Thursday, March 29, 2007

Story 43 – Story of Yayati – 01

Remembering the ultimate reality of Lord, let us start with a short introduction to the next story of Srimad Bhagavatham. The story we are staring is the story of Yayati. This is a story of a king who wanted to be ever youthful.

Youth as well all know is a stage in life when beings enjoy the most because they have all the vigor, energy, enthusiasm and courage to do things. This is one the stages where a person can either use all his strength to concentrate on good things or can be lead in the wrong direction never to come out of it. There are people who have concentrated fully on their youthful age to achieve things in life like power, money, education etc. On the other hand, we also have people who have been lead into drinking, smoking, sex etc. during their youth. This is the age when if the intellect is not properly guided, the person will be lead into the wrong direction taking into addictions coming out of which is almost impossible.

Since this is an age where a person can enjoy anything and everything in life (as there is sufficient energy and power in the body-mind-intellect for the same), everybody seeks to be in this stage of life. If we ask the majority of people in the world as to if they are given an option to go back to a particular age what would they choose, the answer would be “youth”. In this story of Yayati, we find the king Yayati exactly asking for youth like the majority of the people in the world. This asking of youth is because we are so much into identification with the body-mind-intellect complex that we don’t even bother to know our very nature of Consciousness or Self as distinct from the body-mind-intellect complex. Since youth is the stage of life when all the three of body, mind and intellect are perfect and at their full potential, therefore a seeker who is identified with these seeks to be ever in youth. Yayati thus in this story asks all his children as to whether they are willing to give up their youth so that he (Yayati) can be ever youth.

There are always two ways to learn things – one is the direct and simple way of learning using the intellect and logic; the second is the difficult and tough way of learning things by experiencing it. Taking the example of knowing that putting one’s hand in fire will burn it, the easy way is to use the intellect to ascertain that fire is hot and hence if we put our hand into it, the temperature will cause our hand to get burnt. The second and difficult way of learning it is by putting one’s hand into it. Once a person puts his hand into it and thereby gets his hands burnt, he will never again burn his hand.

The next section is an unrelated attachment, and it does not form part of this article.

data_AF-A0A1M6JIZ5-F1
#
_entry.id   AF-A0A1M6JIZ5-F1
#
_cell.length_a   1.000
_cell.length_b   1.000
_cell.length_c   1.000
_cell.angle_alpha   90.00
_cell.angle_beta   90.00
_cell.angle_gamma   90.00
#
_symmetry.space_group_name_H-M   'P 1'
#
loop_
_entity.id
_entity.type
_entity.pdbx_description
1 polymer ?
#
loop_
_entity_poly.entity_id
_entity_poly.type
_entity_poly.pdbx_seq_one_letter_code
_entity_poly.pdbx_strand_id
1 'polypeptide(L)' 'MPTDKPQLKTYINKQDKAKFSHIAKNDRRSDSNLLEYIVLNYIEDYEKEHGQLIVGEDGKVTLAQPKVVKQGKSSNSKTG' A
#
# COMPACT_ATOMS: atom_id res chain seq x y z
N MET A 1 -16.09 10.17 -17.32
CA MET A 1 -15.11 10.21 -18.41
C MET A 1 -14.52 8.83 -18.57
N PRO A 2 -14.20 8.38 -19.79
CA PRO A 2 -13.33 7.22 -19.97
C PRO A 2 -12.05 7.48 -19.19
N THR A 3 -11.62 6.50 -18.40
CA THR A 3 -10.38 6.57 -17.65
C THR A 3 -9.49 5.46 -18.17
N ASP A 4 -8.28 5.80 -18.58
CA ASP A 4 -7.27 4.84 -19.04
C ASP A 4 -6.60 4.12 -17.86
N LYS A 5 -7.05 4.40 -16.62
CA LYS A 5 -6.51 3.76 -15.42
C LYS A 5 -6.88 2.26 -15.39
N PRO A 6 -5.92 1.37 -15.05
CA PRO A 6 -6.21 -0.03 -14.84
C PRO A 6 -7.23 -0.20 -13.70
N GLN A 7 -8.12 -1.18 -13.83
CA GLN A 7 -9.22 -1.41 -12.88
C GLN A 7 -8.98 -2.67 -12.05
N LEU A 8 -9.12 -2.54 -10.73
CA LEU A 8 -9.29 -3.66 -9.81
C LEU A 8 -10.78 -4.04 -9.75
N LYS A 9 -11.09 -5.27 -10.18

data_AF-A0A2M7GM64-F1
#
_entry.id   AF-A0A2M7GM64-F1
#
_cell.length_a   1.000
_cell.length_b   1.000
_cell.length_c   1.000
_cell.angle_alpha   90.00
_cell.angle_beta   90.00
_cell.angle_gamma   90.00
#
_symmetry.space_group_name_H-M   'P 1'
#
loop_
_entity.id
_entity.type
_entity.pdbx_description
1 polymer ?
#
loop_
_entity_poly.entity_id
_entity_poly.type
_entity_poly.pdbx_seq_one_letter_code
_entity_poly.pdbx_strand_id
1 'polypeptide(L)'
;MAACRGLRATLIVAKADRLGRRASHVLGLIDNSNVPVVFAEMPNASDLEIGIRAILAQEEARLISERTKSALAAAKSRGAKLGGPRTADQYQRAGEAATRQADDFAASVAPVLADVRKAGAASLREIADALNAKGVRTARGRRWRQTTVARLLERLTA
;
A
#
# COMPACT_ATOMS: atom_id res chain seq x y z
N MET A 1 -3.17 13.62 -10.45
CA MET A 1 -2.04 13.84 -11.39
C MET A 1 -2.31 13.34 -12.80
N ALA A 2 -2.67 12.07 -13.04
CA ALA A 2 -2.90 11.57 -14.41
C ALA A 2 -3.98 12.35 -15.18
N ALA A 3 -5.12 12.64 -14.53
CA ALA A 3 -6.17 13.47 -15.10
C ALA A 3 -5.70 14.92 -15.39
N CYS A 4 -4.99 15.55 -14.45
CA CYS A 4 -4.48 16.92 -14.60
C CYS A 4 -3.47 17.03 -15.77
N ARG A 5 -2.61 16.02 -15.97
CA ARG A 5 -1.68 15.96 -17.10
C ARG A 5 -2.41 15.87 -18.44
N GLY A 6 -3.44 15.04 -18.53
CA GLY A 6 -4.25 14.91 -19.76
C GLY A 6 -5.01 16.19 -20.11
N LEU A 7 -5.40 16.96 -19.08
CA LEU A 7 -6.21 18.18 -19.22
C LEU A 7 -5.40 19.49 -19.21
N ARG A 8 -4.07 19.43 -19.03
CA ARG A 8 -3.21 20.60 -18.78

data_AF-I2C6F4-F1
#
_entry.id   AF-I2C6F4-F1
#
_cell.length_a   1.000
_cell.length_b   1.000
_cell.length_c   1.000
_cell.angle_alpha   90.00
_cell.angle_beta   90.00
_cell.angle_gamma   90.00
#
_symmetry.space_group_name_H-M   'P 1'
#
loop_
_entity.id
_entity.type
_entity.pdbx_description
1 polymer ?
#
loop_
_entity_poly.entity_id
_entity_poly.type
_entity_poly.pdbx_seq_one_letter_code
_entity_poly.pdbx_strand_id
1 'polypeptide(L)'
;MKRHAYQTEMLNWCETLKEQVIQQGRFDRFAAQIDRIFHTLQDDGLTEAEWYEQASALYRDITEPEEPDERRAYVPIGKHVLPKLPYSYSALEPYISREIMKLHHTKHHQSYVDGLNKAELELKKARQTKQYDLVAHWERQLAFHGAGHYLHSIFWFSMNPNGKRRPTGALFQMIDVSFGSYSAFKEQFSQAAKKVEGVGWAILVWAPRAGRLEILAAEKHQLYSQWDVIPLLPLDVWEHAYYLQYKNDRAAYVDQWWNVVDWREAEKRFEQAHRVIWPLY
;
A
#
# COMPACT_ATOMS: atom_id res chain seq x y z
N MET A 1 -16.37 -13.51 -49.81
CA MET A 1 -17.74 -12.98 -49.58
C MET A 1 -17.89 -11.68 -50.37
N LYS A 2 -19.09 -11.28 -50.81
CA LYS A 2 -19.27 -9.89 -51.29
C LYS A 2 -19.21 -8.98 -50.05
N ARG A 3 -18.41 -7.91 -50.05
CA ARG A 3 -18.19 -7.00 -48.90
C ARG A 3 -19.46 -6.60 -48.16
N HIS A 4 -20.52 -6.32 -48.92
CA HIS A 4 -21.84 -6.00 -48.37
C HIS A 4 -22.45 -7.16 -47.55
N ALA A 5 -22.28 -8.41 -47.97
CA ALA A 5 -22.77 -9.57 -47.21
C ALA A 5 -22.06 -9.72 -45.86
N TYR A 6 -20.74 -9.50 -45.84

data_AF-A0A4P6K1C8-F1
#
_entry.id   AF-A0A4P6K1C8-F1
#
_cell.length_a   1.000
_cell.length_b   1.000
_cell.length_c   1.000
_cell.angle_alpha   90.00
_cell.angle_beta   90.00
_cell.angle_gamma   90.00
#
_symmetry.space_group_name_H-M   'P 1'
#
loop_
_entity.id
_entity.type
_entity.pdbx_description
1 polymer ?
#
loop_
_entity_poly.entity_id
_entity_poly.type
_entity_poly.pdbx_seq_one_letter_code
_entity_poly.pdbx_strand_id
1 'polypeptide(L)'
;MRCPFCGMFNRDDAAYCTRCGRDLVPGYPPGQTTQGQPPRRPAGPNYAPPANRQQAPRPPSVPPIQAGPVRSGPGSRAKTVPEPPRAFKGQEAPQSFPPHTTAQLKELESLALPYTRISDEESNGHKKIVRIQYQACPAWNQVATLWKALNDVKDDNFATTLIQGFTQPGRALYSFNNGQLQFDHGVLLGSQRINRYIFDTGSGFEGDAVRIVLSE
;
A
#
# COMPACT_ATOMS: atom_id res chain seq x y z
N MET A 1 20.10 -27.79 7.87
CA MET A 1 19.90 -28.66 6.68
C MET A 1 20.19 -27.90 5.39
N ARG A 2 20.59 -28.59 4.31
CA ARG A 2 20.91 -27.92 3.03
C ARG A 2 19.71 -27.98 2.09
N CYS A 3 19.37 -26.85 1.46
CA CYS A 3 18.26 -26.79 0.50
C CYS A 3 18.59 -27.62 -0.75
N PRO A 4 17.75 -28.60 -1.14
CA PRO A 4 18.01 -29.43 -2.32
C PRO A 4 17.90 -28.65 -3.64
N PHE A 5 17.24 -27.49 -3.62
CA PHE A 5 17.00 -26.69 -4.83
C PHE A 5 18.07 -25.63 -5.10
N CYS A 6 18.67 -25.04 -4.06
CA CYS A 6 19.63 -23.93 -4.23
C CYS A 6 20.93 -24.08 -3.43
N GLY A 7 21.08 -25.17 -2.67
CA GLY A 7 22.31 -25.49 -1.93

Yayati here instead of learning that youth cannot give a person permanent happiness in the simple way, learns it in through the difficult way. Even if a person is given thousands of years for his youth, still the passion and desires will remain. Desires of the mind are so spread and increasing that is very tough to satisfy all of those. Once one desire is satisfied, ten other desires spring up in its place. This goes on and on without any ending and satisfaction. If at least a person was able to be content and happy with desires getting fulfilled, then it would have good to fulfill each and every desire in the mind. But this is not the case; all the desires in the mind are for temporary objects of the world which are present today but will surely vanish tomorrow. Such temporary objects of the world can never give eternal bliss but will only lead the seeker to sorrow and sufferings in the long run. Therefore a wise seeker will never go behind worldly pleasures. Since youth is also desired by people for enjoyment of worldly pleasures, a wise seeker will never go behind youth. Even though Yayati had got a lot of youthful years, still he found that the passion, desire and craving was not fulfilled (or completed). The passion to have more and more was still there. Thus he found out that youth cannot give a person eternal bliss and the bliss can be achieved only through realization of the non-dual reality of Lord.

Thus Bhagavatham through this story tells each of us to not to go behind worldly pleasures including youth as that will only lead us to sorrow and will never make a person content. Contentment can be attained only through realization of one’s own nature of Lord through constant contemplation of the Lord with the knowledge that there is only the Lord here and everything else is only an illusion of names & forms in the Lord.

We will start with the story from the next day.